Following in the footsteps of its tri-state neighbors, New Jersey is establishing an infrastructure bank that is focused on energy resiliency.
The names of these institutions vary across Connecticut, New York and New Jersey, but the idea is similar: leveraging public and private capital and the authority of the state to fund energy projects that provide cleaner, more reliable sources of electricity.
The $200 million for New Jersey’s Energy Resilience Bank will come from the state’s Community Development Block Grant-Disaster Recovery allocation. Unlike the models employed in Connecticut and New York, it remains unclear at what point private capital will be brought into New Jersey’s ERB, or at what scale.
The bank will support distributed energy resources at critical facilities, with an early focus on water and wastewater treatment plants. After Sandy, New Jersey determined that only 7 percent of its total wastewater capacity has distributed generation that can be islanded.
“A large number of plants in the state have no existing distributed generation, and many of these facilities are good candidates for combined heat and power or other technologies,” according to the state’s action plan amendment.
The action plan states that the benefits of technologies such as fuel cells, combined heat and power and resilient solar “are indisputable.” Hospitals, emergency response centers, town centers, transit networks and regional high schools that could be used as shelters could also be targets for the bank. Potential projects could include microgrids, distributed generation, smart grid technologies and energy storage.
“Distributed energy resources proved extremely resilient following Superstorm Sandy; unfortunately, due to high initial costs, many critical facilities do not have these energy resilience solutions in place,” Michele Brown, CEO of the New Jersey Economic Development Authority, said in a statement.
The report also calls for microgrids that could link various critical facilities to island in the case of another disaster like Sandy. The state and the U.S. Department of Energy are already working together on a microgrid, NJ TransitGrid, which will provide critical power to part of NJ Transit and Amtrak’s system.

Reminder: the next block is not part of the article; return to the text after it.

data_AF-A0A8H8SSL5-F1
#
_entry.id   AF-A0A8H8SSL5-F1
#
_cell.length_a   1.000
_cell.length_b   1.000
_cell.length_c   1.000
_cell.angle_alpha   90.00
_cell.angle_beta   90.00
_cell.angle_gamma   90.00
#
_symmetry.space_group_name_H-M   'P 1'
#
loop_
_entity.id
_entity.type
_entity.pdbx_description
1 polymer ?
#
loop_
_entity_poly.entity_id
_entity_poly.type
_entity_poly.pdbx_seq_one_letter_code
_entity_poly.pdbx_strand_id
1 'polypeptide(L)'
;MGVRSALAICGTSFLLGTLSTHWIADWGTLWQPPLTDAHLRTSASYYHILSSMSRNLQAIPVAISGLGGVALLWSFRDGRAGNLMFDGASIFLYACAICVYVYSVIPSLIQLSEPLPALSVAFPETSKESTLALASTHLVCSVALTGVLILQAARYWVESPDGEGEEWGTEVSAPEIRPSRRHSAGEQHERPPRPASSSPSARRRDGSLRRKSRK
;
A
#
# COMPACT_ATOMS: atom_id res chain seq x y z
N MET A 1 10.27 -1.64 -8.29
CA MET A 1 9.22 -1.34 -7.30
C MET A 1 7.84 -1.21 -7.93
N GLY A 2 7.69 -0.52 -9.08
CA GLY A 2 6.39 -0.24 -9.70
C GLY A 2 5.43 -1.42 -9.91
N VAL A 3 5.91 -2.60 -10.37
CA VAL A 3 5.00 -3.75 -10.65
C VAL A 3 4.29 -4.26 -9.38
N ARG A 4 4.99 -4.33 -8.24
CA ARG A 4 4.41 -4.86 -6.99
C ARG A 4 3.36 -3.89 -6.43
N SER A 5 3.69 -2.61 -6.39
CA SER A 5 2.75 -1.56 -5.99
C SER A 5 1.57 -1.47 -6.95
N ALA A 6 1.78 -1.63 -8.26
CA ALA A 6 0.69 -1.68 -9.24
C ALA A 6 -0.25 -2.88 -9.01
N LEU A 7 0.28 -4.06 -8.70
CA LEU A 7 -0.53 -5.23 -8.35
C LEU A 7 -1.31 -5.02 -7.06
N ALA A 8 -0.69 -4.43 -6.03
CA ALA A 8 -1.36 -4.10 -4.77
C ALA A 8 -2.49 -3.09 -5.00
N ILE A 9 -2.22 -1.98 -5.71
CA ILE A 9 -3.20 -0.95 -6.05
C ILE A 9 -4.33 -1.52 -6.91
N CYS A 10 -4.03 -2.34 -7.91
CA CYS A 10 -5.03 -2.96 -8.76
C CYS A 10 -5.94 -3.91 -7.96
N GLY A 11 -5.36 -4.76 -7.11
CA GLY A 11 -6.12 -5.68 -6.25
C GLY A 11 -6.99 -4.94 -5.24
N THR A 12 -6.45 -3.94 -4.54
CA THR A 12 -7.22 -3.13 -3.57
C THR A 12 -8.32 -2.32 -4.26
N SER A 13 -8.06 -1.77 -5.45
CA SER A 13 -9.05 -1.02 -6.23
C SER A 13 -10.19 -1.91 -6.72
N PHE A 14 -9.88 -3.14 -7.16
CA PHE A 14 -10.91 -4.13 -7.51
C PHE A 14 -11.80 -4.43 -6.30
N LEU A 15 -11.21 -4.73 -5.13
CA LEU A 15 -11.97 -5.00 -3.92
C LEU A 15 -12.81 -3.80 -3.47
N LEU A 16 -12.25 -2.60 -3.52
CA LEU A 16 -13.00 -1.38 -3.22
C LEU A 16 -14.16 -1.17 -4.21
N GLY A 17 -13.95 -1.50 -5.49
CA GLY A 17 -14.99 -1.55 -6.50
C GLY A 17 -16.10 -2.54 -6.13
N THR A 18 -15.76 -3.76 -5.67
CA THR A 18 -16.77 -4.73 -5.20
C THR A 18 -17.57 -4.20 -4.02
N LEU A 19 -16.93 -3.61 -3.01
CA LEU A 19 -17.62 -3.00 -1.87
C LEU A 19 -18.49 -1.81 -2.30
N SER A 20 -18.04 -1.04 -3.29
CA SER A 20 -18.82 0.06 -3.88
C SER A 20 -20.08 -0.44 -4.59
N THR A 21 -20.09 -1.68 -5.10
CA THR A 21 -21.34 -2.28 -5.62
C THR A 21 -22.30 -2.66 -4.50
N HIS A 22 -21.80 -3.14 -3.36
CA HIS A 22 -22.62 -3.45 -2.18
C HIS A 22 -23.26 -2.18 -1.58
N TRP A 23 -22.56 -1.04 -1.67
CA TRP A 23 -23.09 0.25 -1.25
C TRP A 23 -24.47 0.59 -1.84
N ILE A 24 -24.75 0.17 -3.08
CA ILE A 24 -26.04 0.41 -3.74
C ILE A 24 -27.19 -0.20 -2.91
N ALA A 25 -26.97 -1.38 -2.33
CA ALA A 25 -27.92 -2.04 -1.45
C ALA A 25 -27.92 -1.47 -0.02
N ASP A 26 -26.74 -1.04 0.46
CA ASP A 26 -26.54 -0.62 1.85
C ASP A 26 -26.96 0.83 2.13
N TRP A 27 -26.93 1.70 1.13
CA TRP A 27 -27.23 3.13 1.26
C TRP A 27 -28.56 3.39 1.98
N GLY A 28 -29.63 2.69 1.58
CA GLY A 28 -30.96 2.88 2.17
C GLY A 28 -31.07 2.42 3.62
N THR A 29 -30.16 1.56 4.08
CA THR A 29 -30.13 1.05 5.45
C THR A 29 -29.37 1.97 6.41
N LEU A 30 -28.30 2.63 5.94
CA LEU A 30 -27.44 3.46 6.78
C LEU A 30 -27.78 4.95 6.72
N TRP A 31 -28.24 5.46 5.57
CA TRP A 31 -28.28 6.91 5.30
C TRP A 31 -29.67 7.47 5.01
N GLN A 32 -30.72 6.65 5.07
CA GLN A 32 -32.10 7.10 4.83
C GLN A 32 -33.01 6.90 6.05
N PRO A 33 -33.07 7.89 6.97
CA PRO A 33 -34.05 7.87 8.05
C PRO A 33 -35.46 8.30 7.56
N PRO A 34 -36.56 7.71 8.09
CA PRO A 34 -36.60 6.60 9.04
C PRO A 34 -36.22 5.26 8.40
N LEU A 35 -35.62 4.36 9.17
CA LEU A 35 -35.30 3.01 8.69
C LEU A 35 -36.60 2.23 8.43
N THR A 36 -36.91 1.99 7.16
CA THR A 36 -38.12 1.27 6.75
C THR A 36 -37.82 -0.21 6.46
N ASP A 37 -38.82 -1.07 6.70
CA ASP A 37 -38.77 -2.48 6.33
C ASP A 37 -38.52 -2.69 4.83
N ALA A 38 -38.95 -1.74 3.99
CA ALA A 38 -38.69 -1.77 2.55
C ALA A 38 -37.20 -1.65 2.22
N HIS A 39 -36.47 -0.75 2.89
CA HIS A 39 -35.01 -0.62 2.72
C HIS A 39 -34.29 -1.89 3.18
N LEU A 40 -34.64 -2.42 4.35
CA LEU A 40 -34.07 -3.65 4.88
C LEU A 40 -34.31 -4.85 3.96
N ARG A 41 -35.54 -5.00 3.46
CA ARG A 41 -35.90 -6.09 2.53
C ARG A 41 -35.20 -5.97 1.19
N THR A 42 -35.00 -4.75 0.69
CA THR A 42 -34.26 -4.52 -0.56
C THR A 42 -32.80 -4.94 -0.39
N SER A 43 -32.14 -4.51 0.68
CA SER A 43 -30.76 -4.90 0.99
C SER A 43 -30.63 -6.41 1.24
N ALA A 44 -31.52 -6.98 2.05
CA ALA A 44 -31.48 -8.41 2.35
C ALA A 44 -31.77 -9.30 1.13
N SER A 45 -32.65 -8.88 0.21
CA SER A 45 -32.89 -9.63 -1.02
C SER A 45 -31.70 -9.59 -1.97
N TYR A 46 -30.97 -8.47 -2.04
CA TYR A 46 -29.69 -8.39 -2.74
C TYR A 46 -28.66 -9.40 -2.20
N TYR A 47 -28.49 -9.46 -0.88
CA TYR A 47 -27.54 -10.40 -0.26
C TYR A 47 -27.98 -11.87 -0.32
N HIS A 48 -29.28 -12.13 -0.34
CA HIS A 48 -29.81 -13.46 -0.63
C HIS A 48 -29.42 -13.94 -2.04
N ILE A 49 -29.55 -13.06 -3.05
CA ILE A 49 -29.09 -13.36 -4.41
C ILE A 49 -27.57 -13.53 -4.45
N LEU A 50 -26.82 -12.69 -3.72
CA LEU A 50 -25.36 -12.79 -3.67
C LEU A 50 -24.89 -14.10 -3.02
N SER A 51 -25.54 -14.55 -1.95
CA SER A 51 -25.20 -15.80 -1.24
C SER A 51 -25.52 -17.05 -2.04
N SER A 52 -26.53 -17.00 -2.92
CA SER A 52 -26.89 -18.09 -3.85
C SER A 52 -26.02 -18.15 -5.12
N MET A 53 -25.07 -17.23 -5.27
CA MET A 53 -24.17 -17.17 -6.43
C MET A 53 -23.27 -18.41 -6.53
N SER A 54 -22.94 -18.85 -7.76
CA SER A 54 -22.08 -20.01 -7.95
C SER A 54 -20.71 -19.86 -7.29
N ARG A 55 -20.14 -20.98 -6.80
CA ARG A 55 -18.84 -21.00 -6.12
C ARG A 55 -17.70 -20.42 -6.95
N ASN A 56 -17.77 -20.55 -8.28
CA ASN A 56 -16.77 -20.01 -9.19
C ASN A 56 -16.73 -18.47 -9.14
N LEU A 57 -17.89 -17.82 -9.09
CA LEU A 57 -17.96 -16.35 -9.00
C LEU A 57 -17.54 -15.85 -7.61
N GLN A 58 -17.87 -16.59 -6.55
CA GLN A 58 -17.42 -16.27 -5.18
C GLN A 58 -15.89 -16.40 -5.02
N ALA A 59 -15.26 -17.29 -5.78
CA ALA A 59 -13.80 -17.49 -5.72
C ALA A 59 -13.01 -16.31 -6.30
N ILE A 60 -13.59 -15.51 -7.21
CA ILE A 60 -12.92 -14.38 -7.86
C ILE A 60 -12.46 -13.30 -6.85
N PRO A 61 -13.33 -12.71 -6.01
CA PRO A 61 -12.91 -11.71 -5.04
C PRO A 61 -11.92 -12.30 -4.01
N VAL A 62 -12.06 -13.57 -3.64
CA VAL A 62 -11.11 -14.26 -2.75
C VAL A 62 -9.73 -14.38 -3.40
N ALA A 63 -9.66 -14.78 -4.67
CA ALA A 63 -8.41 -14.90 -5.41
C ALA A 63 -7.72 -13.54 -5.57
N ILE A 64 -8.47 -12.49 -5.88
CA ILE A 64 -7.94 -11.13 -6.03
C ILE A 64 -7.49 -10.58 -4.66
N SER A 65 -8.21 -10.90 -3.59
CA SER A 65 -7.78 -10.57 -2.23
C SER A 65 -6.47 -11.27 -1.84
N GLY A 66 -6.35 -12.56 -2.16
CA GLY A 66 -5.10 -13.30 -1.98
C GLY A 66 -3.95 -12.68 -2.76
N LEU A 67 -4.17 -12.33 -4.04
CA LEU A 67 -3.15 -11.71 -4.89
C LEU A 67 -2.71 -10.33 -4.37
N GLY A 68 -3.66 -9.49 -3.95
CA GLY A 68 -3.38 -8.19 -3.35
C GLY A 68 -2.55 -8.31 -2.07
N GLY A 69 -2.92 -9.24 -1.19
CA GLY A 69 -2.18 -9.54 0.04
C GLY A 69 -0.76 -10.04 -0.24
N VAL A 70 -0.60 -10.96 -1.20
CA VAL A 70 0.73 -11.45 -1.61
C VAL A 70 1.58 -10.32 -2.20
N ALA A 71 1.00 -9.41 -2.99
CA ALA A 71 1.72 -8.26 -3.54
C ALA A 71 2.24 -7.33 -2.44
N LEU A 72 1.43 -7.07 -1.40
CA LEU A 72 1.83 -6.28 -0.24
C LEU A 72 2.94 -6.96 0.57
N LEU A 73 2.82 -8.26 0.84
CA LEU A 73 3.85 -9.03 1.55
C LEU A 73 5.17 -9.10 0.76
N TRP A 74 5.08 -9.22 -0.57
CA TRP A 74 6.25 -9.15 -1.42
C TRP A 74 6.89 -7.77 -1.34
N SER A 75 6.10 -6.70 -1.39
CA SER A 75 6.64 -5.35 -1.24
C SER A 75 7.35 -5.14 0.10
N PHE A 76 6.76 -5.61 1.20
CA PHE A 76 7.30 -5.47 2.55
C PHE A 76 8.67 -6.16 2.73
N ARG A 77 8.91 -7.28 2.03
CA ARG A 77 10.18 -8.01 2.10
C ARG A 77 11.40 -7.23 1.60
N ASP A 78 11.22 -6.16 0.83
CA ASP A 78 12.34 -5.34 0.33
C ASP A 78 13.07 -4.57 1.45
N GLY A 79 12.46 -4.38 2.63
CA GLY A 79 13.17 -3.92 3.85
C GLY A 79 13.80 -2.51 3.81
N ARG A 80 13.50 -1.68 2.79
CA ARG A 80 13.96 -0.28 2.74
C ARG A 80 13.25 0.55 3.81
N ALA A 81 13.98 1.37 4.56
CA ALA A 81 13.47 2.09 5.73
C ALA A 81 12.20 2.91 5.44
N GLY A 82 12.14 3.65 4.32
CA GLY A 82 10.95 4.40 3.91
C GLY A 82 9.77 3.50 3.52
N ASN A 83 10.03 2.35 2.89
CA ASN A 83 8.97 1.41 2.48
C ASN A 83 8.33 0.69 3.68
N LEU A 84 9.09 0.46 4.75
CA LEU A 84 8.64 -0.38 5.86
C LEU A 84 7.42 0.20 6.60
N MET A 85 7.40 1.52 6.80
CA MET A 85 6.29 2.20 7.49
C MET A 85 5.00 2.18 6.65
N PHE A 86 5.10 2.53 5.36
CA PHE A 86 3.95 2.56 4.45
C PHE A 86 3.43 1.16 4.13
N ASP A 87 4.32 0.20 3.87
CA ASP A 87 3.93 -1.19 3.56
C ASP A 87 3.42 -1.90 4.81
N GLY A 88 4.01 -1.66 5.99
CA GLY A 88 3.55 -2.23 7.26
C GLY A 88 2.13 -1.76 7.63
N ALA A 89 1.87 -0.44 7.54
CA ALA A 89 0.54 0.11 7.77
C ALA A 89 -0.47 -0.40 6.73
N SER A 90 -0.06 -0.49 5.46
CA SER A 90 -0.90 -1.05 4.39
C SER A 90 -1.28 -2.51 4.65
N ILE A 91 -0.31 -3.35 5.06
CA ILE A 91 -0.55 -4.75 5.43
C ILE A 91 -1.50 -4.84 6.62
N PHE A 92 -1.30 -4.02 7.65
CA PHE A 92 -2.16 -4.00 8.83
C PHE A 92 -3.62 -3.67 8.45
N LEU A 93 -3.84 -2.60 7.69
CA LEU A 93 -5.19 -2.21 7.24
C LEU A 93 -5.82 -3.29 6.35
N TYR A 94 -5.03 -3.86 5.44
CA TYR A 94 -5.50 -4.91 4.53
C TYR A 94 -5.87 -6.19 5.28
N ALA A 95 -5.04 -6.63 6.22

New Jersey will also be able to learn from its neighboring states, which were also hit hard by Sandy and are further along in terms of issuing financing for microgrid projects. GTM Research’s Microgrid Deployment Tracker has found that several microgrid projects were initiated following an extreme weather event or a string of costly outages.
New York opened up a $40 million microgrid competition in January as part of its broader post-Sandy plan. Microgrids, particularly CHP-based microgrids, are just one technology that could also be funded by New York’s Green Bank, which is eventually expected to have a capitalization of $1 billion.
Connecticut has arguably the most sophisticated state-led microgrid pilot program, which is being implemented in cooperation with local utilities. The Northeast, driven by Connecticut, has the largest share of community microgrids of any region in the U.S., according to GTM Research’s recent report, North American Microgrids 2014: The Evolution of Localized Energy Optimization. With New Jersey’s resilience bank announcement, the region will likely continue to lead in community-based microgrids for years to come.
The New Jersey ERB will be helmed by Mitch Carpen, who was most recently at the Bank of Tokyo-Mitsubishi in Singapore. His deputy director will be Thomas Walker, who is currently the bureau chief of engineering services in the division of energy at New Jersey’s Board of Public Utilities. The guide to program funds, which will outline the parameters for issuing the grants and loans, will be issued by the end of summer.
For more on how resiliency has emerged as a framework for energy investment and how the power sector has responded, download the free e-book from Greentech Media, Resiliency: How Superstorm Sandy Changed America’s Grid.